(iv) Rule of construction Nothing in this paragraph shall be construed as in any way abrogating the reporting requirements under subsection (i)(3).
(B) Waiver 
After certification by the Secretary under subparagraph (A), the Secretary, in consultation with the Secretary of State, may waive the application of paragraph (2)(A) for a country if
(i) the country meets all security requirements of this section;
(ii) the Secretary of Homeland Security determines that the totality of the countrys security risk mitigation measures provide assurance that the countrys participation in the program would not compromise the law enforcement, security interests, or enforcement of the immigration laws of the United States;
(iii) there has been a sustained reduction in the rate of refusals for nonimmigrant visas for nationals of the country and conditions exist to continue such reduction;
(iv) the country cooperated with the Government of the United States on counterterrorism initiatives, information sharing, and preventing terrorist travel before the date of its designation as a program country, and the Secretary of Homeland Security and the Secretary of State determine that such cooperation will continue; and
(v) 
(I) the rate of refusals for nonimmigrant visitor visas for nationals of the country during the previous full fiscal year was not more than ten percent; or
(II) the visa overstay rate for the country for the previous full fiscal year does not exceed the maximum visa overstay rate, once such rate is established under subparagraph (C).
(C) Maximum visa overstay rate 

(i) Requirement to establish After certification by the Secretary under subparagraph (A), the Secretary and the Secretary of State jointly shall use information from the air exit system referred to in such subparagraph to establish a maximum visa overstay rate for countries participating in the program pursuant to a waiver under subparagraph (B). The Secretary of Homeland Security shall certify to Congress that such rate would not compromise the law enforcement, security interests, or enforcement of the immigration laws of the United States.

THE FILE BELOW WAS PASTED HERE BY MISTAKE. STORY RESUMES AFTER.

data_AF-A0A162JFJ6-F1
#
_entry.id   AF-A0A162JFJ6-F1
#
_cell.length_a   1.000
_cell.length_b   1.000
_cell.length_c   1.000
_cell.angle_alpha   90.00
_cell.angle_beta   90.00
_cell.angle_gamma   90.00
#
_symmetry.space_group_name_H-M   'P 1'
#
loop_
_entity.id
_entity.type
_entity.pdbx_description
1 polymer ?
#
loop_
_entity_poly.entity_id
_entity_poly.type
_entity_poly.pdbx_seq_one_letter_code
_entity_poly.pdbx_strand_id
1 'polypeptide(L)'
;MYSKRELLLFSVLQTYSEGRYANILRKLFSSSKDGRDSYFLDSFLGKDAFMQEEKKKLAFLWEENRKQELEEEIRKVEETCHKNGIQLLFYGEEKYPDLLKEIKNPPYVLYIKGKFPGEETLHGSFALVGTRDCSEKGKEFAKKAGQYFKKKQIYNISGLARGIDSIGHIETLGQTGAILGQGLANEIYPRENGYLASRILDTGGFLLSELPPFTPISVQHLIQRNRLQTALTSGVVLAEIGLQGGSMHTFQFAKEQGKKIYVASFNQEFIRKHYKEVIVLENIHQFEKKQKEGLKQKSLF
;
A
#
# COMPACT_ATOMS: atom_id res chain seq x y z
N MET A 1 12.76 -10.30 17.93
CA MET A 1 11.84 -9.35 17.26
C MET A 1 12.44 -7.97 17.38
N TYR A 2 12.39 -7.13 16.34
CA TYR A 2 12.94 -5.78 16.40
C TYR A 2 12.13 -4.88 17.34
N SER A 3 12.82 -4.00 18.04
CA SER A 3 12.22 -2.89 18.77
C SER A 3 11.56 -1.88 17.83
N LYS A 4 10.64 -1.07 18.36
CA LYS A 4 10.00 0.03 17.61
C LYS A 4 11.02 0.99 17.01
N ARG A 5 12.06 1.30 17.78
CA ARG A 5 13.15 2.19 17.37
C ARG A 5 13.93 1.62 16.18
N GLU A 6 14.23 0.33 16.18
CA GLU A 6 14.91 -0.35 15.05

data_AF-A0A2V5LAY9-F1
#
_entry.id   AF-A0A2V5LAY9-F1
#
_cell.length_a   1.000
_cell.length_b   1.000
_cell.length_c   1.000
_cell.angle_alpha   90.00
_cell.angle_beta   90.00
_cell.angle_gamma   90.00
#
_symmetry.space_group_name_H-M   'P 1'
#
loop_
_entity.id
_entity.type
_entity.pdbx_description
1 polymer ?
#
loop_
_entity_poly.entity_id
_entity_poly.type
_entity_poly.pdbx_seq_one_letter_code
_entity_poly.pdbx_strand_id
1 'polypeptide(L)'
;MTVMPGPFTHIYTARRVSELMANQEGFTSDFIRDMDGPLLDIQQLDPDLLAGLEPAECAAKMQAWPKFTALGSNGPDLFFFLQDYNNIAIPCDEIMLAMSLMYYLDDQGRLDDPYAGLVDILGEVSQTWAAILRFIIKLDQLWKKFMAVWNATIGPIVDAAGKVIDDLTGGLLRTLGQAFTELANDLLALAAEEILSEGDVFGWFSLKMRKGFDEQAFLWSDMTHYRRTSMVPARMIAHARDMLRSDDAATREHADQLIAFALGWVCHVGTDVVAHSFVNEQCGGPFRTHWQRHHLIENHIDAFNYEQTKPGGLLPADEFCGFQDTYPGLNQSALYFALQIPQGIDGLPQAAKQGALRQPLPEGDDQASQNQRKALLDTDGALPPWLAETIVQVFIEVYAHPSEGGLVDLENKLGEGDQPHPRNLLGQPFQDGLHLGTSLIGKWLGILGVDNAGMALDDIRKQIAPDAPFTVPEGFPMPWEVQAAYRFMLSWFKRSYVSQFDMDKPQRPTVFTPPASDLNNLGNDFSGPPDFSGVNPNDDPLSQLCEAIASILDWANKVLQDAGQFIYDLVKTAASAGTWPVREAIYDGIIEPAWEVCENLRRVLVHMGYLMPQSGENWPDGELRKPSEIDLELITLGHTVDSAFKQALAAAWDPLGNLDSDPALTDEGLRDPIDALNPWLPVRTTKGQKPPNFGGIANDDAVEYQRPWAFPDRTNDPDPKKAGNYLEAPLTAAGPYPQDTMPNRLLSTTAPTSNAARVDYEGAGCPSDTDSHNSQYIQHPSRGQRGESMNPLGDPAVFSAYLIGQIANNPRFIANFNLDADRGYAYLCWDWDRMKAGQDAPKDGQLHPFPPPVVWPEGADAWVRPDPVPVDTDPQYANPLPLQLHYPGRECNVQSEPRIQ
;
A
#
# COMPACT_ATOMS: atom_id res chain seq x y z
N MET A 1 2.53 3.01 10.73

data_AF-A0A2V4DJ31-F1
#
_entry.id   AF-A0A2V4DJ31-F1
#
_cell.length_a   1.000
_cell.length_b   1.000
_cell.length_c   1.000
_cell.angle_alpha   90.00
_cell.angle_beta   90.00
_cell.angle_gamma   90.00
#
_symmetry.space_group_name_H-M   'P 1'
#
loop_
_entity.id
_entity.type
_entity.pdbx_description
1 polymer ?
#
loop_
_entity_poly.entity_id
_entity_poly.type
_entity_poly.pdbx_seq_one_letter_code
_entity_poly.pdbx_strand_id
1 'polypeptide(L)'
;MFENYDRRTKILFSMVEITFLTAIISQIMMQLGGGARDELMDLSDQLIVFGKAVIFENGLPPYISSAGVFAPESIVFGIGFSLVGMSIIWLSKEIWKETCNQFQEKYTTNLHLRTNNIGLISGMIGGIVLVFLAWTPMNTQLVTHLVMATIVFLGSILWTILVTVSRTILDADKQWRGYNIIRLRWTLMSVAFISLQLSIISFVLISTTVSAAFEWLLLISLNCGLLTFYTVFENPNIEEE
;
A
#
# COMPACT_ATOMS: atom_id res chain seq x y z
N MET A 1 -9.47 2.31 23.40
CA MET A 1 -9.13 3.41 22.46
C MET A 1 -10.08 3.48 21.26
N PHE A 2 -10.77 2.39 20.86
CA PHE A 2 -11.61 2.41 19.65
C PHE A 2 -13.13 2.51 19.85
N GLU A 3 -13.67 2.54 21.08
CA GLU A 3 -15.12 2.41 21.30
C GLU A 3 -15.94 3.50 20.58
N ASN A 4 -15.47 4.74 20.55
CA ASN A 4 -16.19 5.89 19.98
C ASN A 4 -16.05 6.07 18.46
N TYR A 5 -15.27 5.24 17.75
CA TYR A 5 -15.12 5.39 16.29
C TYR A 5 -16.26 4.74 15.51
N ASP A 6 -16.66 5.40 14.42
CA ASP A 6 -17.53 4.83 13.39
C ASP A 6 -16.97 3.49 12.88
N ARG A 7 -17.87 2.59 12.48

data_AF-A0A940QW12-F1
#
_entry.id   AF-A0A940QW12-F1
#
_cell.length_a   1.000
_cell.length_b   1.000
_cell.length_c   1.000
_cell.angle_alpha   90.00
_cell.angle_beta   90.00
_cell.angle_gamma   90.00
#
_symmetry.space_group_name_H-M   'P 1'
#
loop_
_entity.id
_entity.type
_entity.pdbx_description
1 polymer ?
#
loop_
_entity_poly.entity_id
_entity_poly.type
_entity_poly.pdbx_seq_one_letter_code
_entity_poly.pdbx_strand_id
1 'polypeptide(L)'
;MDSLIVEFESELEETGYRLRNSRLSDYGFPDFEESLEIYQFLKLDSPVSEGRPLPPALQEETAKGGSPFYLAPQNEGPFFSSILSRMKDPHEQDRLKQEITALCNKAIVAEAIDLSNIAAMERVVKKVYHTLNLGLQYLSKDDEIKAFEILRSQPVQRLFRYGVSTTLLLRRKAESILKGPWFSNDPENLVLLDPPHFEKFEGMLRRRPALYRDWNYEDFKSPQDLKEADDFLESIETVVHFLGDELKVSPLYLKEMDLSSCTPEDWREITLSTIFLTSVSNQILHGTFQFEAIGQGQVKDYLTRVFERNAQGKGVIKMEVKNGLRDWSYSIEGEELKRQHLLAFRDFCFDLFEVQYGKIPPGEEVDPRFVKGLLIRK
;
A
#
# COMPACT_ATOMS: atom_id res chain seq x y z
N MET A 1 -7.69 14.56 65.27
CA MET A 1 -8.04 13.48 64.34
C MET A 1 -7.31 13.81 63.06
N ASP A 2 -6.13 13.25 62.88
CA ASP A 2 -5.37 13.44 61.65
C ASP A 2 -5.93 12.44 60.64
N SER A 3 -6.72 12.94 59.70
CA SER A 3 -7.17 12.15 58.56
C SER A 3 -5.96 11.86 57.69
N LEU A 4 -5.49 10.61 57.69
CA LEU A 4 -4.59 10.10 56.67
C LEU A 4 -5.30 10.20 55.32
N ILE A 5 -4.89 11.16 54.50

(ii) Visa overstay rate defined In this paragraph the term visa overstay rate means, with respect to a country, the ratio of
(I) the total number of nationals of that country who were admitted to the United States on the basis of a nonimmigrant visa whose periods of authorized stays ended during a fiscal year but who remained unlawfully in the United States beyond such periods; to
(II) the total number of nationals of that country who were admitted to the United States on the basis of a nonimmigrant visa during that fiscal year.
(iii) Report and publication The Secretary of Homeland Security shall on the same date submit to Congress and publish in the Federal Register information relating to the maximum visa overstay rate established under clause (i). Not later than 60 days after such date, the Secretary shall issue a final maximum visa overstay rate above which a country may not participate in the program.
(9) Discretionary security-related considerations 
In determining whether to waive the application of paragraph (2)(A) for a country, pursuant to paragraph (8), the Secretary of Homeland Security, in consultation with the Secretary of State, shall take into consideration other factors affecting the security of the United States, including